pyramidThe way that data is moved from and to SSD with ZIL and L2ARC is impactful not just for the wear time on the SSD but also on power consumption, that is paramount in the datacenter of the future.  Using this approach allows systems to be built using all SSD footprints and minimal power, or even slower drives for the large capacity, while maintaining high level performance.

In many ways, the tortoise and hare analogy plays well in what we’ve been discussing. Leveraging the power of SSD, and the proper ones at that, will allow you to place the sheer power and lean nature of the Hare, while employing the economy and efficiency of the Tortoise. This, in a way, is the nature of ZFS. Power and economy wrapped up in one neat package. The real magic comes from the ability to tune the system either upward or down in an effort to get it to perform just the way you’d like it to. This is easily done simply by adding or removing SSD to the mix either in ZIL or L2Arc capacities.

There’s nothing inherently wrong with being a tortoise, but, to be a hare, well designed, and performing at peak efficiency, but also enduring for the entire race, really seems like the best way to go, doesn’t it?

EMC tells their SDS story, but is it really theirs alone?

EMC today announced the their latest entry into the Software Defined Storage (SDS) market, VIPR. They’ve coined it the “World’s first Software Defined Storage Platform” (http://www.emc.com/about/news/press/2013/20130506-03.htm). I have to say, I am a little put off by this initial push and need to be first when they are clearly not. I could list a few that have claimed to be a SDS platform first, DataCore, Nexenta, and when looking at some of the capabilities, I think IBM beat them out with the SVC Director.

Continue reading “EMC tells their SDS story, but is it really theirs alone?”

My Old School Nintendo Setup to demo VDI at VMware PEX

Those of you that got to make it out to the VMware Partner Exchange probably got to see the demo in the Nexenta Booth.

Alot of the common social media geeks around virtualization got to swing by.  Chris Wahl from WahlNetworks included.  This was not an overly complex demo, but I wanted something fun to show off VDI sessions.  Using the real time performance metrics that are shown in NexentaVSA for View, we can actually see the systems running.

The install was rather easy, with one caveat.  VMware View does not recognize the Classic USB NES Controller for PC that we picked up from Amazon.

The great part is on the Lenovo Thinkpad I was using as a client I can make just a quick registry change and View will recognize.  This process is detailed here, very similar to restricting access, this allows you to add unknown USB devices to share to your View session.

The hardware was not very intense for the servers.  A couple Dell 1950 running ESX5.1 and using a Supermicro server with Nexenta installed as shared storage presenting 1 TB of NFS storage.  For the VDI hosts I put in 2 Cisco UCS C200 M2.  By adding in a single STEC ZeusIOP and a single spinning disk to house the desktops, and 96 GB of RAM we are able to build a rather robust VDI setup.  Allowing for about 100 desktops all being deployed with NexentaVSA for View..

By adding in the JNes Nintendo Emulator to the Windows 7 base images and VMware View Linked Clones, we have our own mini arcade.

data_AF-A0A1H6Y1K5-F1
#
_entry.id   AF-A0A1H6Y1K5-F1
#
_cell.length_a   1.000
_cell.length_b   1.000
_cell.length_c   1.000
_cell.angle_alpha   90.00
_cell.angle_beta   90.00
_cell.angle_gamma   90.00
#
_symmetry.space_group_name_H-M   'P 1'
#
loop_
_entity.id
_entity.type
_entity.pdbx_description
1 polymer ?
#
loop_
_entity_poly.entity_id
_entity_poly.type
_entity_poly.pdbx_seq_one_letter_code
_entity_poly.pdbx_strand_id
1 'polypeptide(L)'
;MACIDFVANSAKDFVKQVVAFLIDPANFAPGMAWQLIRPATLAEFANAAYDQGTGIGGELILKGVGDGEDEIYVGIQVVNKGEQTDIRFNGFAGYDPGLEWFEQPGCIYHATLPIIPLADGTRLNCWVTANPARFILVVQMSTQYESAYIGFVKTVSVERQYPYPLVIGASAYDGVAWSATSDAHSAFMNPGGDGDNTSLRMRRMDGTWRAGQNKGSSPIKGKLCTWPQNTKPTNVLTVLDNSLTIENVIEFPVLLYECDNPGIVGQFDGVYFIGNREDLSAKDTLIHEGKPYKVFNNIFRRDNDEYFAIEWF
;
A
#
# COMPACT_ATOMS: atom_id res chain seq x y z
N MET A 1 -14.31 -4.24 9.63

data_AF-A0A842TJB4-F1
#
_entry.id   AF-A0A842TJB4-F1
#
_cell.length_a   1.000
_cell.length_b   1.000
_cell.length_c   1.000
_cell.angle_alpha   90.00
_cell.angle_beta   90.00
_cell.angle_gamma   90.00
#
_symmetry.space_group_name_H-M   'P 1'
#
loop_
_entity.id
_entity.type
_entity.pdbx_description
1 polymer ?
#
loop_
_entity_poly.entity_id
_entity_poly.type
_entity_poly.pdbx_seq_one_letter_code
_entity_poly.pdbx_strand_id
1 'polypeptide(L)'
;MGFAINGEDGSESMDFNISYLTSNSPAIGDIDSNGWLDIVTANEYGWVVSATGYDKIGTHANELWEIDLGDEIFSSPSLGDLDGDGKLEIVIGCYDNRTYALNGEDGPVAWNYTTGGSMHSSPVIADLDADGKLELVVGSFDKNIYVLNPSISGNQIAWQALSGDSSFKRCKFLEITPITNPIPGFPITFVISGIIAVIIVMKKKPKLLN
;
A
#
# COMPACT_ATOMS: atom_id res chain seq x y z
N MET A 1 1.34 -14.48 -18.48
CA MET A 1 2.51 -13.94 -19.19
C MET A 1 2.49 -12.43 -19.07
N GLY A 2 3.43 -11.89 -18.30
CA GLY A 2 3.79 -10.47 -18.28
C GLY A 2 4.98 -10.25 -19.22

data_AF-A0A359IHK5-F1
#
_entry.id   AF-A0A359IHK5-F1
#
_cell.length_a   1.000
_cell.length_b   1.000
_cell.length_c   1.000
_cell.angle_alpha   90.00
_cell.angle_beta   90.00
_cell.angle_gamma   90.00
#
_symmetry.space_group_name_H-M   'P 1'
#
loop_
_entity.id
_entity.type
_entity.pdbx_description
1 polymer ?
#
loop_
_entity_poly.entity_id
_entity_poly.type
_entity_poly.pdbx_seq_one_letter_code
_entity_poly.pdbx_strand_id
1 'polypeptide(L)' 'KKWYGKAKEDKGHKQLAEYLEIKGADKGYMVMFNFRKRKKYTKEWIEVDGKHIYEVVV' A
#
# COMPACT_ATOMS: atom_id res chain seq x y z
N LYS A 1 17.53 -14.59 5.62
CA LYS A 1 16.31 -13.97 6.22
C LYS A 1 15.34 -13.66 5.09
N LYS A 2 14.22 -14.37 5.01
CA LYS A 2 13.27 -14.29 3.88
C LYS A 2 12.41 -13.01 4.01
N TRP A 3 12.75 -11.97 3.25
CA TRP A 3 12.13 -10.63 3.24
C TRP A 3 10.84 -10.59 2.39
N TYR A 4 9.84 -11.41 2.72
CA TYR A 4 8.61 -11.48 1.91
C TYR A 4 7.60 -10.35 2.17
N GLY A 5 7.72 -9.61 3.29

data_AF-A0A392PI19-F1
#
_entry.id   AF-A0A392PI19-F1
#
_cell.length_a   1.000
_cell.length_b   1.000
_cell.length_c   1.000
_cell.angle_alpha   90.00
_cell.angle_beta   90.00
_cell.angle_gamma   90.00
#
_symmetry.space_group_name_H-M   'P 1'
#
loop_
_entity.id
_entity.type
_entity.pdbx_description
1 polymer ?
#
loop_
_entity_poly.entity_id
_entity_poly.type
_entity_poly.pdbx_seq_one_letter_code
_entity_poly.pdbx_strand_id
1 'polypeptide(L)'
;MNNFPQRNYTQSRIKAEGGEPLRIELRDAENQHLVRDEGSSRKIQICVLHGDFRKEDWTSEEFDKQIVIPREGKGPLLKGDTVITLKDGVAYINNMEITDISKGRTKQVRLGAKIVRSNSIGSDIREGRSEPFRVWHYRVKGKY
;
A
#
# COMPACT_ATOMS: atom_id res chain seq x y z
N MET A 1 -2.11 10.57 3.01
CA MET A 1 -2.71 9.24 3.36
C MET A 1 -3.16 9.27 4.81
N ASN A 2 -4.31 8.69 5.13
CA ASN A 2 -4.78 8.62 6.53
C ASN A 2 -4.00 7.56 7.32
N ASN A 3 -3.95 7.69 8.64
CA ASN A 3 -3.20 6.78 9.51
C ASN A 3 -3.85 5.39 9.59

Finally talking out my side project. vCloud and VDI in a Box

Over the past few weeks, I have been working on a side project with one of the Nexenta partners to prepare for the Intel Developers Forum in San Francisco this week. The partner Cirracore based in Atlanta works with Equinix and Telx pretty heavily and offers a few managed private and public cloud solutions. One of these solutions is based on the Intel Modular Server Chassis(IMS). If you have not checked out this chassis, it is probably one of the most engineered but least publicized piece of hardware I have seen in years. First to give you an Idea of what the chassis is made of, then two solutions we release this week, vCloud in a Box and VDI/SMB in a Box. Continue reading “Finally talking out my side project. vCloud and VDI in a Box”

Off to a new adventure…

It’s easy to stop going to the gym, especially during a pandemic, and so much harder to get back into it if after a long break. Maybe you’re on your way to recovering from an injury, maybe you’ve just come back from a holiday (lucky you!), or maybe you lost your way for some time there. Whatever it is, here are some pointers on how to get back to the gym after taking a long break and what to expect, improve your weight loss results with meticore capsules.

Get Back to the Gym After Taking a Long Break with These Tips

1. Don’t expect to be at the same level you were before

Unfortunately, regardless of whether you are a runner, weightlifter, or Crossfit enthusiast, taking time off from exercise means that you will lose some of your conditioning. It doesn’t mean that you’ll never get back to the same level or surpass it. It just means that you may start at a lower weight or shorter running time than before your break. This is completely normal.

Let’s take someone who lifts weights as an example. After 1-2 weeks, you may not really see or feel much of a difference. But 3-4 weeks without going to the gym may result in some lean muscle mass loss. You might start losing actual muscle around the 4-week mark.

The good news is that you’ll also regain your strength quicker than it took for you to reach that level in the first place thanks to a little something called muscle memory. Which leads us to our next point.

2. Be patient

We understand that it can be difficult knowing that you’re not lifting as heavy, or running as fast or long as you could but you need to be patient. Work with the strength or energy you have now, and trust that as long as you are consistent and continue to workout, you will return to normal within a few weeks.

Don’t try to push yourself from the get-go as this will only increase your risk of injury. And if you get injured, then you’ll find yourself spending more time out of the gym.

3. Don’t do too much

Don’t try to do all the exercises at once. Stick to a few to ease yourself back into it and give your body time to adjust to the change.

Then you can gradually go back to your normal routine over time.

4. Remember you’ll probably be sore

Contrary to popular belief, feeling sore isn’t a good indicator of whether you’ve had a good workout or not. If you’re feeling sore, it’s probably because you’re doing a new exercise or you haven’t trained in a while. So if you’re getting back to the gym after a long break, you’ll most likely feel it the next day, if you are looking for the easiest way to improve your dietary results visit https://www.riverfronttimes.com/stlouis/1md-complete-probiotics-platinum-reviews-must-read-before-trying/Content?oid=34729691.

The good news? The soreness won’t last forever. Once you get back into a routine, you will find yourself being able to workout without feeling the soreness afterwards.

To help recover faster, make sure that you properly warm-up before exercising and cool-down afterwards. Stretch during every session and employ other tools to help such as foam rolling.